- Why is it so easy to gain weight and yet so difficult to lose it?
- Why is extra weight so bad for your health if it is just a store of energy?
- Why is obesity higher among the rich in poor countries and among the poor in rich countries?
- Why is the prevalence of obesity particularly high in island nations?
- What can we all do immediately (whatever our size) to improve our health and prevent weight gain?
The Origin of Overweight explores the link between vitamin D and body weight. Written by a biologist, this meticulously-researched book is packed with information, but written in a down to earth style that is easy to follow. It shows why a deep understanding of biology and ecology is necessary to deal with the problem of overweight and obesity, and why our current obsession with the usual suspects of food, drink, diet and exercise is having little effect on the obesity epidemic.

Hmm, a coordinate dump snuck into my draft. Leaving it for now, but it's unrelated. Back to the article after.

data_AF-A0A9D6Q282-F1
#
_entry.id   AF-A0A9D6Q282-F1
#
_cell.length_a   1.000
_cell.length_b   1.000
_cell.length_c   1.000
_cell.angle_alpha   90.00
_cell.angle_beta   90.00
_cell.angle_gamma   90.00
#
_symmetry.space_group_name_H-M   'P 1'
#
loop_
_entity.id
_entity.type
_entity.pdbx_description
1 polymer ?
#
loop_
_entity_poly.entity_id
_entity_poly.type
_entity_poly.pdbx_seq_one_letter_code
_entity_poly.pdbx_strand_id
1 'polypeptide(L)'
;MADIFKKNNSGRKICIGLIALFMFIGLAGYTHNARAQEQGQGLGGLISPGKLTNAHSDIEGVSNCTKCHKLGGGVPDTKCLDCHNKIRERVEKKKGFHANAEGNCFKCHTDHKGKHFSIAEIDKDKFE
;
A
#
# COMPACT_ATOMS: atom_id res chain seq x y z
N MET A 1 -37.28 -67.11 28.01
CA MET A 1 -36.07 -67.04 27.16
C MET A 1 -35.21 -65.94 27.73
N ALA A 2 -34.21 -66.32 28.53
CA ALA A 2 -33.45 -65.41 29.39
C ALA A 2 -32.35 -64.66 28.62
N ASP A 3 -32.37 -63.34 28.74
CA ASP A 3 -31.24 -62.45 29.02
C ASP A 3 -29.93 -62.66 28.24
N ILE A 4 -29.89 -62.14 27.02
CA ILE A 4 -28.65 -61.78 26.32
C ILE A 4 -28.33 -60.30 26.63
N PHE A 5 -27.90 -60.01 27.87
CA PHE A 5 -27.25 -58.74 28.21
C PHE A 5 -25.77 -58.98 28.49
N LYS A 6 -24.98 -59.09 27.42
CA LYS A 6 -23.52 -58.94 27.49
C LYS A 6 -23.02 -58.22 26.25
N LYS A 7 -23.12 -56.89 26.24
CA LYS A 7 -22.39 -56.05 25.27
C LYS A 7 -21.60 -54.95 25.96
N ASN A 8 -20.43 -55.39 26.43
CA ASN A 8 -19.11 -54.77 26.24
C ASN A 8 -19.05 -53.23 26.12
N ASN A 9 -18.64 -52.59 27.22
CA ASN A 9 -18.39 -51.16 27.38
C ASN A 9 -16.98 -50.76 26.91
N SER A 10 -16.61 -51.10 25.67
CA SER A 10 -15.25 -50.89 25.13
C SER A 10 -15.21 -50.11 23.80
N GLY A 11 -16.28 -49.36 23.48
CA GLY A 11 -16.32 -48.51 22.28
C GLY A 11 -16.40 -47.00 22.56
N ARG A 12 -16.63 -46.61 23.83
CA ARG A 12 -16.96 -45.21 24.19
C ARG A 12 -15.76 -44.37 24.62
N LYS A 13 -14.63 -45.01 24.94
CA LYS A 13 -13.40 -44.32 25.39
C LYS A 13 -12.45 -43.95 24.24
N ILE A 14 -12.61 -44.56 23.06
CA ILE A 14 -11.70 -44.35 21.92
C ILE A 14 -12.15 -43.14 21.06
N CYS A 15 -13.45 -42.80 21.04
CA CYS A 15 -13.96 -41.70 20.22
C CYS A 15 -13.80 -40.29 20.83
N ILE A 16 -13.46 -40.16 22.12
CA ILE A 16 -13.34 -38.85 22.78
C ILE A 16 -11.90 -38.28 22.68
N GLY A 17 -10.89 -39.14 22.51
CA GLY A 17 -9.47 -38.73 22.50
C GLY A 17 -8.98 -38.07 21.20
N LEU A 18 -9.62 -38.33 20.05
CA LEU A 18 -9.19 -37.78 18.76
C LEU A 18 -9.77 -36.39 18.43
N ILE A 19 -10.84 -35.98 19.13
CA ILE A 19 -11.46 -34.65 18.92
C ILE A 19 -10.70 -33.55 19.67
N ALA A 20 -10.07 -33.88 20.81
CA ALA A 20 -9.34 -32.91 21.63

The first part of the book reveals how vitamin D deficiency has become a widespread and severe epidemic—recognised by vitamin D scientists but overlooked by public health authorities—and how it could be linked to climate change.
The second part explores the biological purpose of overweight and the processes that should keep our weight tightly controlled. Only with awareness of the biological control of weight can we start to understand why we gain weight and why it can be so difficult to lose weight.
The third part of the book weaves the two strands together. Vitamin D can be understood as an ancient signal to indicate the strength of sunlight. As it declines, body weight is increased to cope with the ensuing winter conditions. This new theory is used to explain many aspects of overweight, such as its regional, population and individual disparities, and how metabolic changes, such as insulin resistance and high blood pressure, can be understood as adjustments that help us to survive low temperatures.
Finally, the last chapter outlines a strategy to reverse vitamin D deficiency and to move away from the narrow focus on energy balance so as to deal with overweight more effectively.